- A later patch added villagers for towns.
- 1.8 also added the Endermen◊, a terrifying cross between Slender Man and a Weeping Angel. This blog post explains exactly what they do. When you have one in your sights, it looks right at you, opens its mouth, and starts shaking and smoking it keeps shaking even when you pause the game.
- Even worse, the other possible name for endermen was "farlanders." Notch has stated that yes, Endermen come from the aforementioned Far Lands.
- It is stated in the Minecraft Wiki that wearing a pumpkin as a helmet will keep them peaceful though so it may not be as bad as we first thought. That is, if you both have a pumpkin and are willing to wear one.
- Endermen are able to pick up blocks. Nobody said it'll stop them from picking blocks from your house's walls. Remember about it when you wake up with an Enderman right in front of your face. Although in a later update they were nerfed so they can mostly only pick up certain common natural blocks, so you can avoid them making holes in your house. In the beta version they could make holes in the 'world itself by moving the indestructible bedrock at the bottom of the map.
- Endermen are weak to water. Endermen can teleport. It rains in Minecraft. Your house is dry. Although this problem can be avoided by making your living areas only 2 blocks high as Endermen can't fit. Or building a rain shelter around the outside of your house so they will hopefully stay outside.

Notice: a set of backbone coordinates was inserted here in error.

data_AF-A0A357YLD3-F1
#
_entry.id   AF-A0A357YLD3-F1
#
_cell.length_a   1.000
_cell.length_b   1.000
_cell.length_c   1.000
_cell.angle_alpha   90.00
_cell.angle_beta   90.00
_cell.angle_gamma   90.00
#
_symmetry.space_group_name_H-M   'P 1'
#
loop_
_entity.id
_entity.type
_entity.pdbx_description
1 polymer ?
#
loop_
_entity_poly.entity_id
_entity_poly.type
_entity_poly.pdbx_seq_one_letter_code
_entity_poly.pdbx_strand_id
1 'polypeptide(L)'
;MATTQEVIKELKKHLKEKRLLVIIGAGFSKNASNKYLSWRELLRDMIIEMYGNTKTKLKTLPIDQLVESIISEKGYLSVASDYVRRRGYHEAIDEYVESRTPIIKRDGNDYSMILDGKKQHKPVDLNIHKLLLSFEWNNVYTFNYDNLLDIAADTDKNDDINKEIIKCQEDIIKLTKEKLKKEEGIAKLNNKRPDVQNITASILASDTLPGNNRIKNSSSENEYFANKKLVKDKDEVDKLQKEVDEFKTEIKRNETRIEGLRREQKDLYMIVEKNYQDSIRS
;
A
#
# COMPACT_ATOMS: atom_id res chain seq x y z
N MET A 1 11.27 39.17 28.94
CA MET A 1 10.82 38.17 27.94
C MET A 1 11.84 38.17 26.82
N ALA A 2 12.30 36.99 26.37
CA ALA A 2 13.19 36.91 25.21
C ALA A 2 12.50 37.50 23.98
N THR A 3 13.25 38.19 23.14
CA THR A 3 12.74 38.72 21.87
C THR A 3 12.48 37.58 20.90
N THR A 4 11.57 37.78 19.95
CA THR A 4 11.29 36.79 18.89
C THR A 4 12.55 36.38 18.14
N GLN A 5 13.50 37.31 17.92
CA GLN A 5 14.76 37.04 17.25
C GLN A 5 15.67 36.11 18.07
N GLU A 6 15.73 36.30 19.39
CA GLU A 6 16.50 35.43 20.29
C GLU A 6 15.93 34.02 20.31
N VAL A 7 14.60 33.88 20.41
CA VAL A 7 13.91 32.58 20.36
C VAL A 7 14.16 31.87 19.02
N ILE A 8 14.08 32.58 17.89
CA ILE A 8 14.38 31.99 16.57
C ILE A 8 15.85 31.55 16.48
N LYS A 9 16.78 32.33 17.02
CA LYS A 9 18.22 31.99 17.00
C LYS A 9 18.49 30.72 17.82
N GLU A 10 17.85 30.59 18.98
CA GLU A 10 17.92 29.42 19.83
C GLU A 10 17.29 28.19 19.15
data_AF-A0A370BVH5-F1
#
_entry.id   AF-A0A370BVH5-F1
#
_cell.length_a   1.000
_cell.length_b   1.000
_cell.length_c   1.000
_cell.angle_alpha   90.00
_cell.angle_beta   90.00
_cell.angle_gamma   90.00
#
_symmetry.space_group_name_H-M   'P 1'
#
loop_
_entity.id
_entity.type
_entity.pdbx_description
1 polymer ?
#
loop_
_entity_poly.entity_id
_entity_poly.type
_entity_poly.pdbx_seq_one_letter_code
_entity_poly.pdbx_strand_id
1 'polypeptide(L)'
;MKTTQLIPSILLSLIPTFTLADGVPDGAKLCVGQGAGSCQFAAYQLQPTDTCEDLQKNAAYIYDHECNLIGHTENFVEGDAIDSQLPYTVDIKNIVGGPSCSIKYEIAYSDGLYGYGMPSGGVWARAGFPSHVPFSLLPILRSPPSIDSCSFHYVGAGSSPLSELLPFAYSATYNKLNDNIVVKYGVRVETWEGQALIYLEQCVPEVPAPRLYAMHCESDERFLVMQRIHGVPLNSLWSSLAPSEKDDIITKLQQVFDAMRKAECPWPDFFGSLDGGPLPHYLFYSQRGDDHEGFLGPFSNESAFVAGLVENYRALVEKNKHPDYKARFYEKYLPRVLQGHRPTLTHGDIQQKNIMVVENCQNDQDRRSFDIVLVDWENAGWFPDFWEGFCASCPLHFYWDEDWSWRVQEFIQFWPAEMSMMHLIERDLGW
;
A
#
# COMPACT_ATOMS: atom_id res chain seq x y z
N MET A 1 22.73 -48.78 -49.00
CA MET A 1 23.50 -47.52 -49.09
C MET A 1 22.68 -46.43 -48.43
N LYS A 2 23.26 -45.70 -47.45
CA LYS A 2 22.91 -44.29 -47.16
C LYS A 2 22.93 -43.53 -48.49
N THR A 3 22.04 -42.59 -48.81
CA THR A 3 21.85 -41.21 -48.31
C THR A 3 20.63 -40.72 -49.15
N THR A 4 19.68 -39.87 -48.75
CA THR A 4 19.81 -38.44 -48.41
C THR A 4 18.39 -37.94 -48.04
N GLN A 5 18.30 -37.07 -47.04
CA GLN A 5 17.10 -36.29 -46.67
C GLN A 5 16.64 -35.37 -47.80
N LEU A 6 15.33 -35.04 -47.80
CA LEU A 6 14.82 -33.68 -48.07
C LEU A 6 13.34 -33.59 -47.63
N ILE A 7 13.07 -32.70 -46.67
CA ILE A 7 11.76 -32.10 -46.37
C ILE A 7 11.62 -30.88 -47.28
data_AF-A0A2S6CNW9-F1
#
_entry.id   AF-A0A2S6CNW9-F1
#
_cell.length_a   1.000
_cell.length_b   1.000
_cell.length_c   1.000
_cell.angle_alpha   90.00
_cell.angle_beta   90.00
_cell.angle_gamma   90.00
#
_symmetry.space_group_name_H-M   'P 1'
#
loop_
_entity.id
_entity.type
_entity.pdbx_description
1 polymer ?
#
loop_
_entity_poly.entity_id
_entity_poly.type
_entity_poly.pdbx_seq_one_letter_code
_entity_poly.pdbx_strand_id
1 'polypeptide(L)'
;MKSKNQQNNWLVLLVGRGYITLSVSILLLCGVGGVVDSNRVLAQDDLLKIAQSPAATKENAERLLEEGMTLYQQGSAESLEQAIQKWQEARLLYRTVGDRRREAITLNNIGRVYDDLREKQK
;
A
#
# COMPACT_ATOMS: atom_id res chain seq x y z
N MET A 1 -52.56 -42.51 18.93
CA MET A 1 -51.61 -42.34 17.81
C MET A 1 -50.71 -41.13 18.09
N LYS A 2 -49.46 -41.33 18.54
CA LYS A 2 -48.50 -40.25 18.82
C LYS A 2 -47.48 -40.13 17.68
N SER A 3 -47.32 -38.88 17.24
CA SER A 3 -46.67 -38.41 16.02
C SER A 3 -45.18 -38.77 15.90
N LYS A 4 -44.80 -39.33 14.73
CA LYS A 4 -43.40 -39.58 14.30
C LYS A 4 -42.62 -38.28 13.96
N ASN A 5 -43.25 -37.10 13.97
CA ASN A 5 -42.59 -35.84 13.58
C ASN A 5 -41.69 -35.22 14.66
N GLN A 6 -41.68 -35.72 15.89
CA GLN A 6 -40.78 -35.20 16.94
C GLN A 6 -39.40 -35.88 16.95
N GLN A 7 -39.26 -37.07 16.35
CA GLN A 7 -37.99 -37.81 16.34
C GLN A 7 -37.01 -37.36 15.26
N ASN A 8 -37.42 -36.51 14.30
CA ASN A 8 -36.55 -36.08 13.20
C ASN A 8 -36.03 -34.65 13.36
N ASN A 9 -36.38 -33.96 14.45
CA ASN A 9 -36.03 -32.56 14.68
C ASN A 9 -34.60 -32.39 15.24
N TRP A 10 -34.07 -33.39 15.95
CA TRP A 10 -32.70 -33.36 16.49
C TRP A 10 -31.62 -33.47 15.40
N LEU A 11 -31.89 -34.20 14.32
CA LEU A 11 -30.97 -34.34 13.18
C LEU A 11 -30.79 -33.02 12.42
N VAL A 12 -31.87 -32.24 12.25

- Imagine a world with no stars, no moon or sun, the sky a void made of static noise, no trees, entirely made of a barren, dry stone and weird, obsidian towers. No oceans, no villages, no forms of life besides a throng of Endermen mindlessly walking around until they spot you. Add a humongous dragon supposedly made of antimatter, and that's The End. And once you beat the dragon, if you come back there for any reason, everything will be gone. Oh, and it is speculated that Endermen are stealing blocks from your world to attempt and restore their dimension, which the Enderdragon has turned into the barren, moon-like floating islands.
- It's a Point of No Return. The only way out is to kill the Enderdragon...or die. Let's just say that on Hardcore mode, you damn better be carrying enough weaponry and food. Plus, you can't quit until you beat the dragon, or else when you come back to the game, there'll be another one.
- The 1.4.2 update gave the Enderdragon its own sounds; actual dragon like sounds mixed in with bass undertones. Its death sound is especially unnerving to say the least.
- Silverfish are small, fast critters that might spawn when you destroy a stone block in a Stronghold. They look like some kind of hybrid between a real silverfish and a centipede except a hundred times larger, are hard to kill and spawn more of their kind out of nearby blocks whenever they are hit.
- Basically, the aggro Cucco of Minecraft.
- There's a song about it.
- Now, they can be found in random blocks throughout the world, stronghold or not. Imagine you're mining out to make an underground house, and you break a block with them in it. Enjoy the rush
- Abandoned Mine shafts. They're deep underground, dark and lonely. Part of them become labyrinth-like and easy to get lost in, while hearing the sounds of skeletons, zombies and spiders, regular and cave spiders clashing against dead silence (except for the occasional ambience)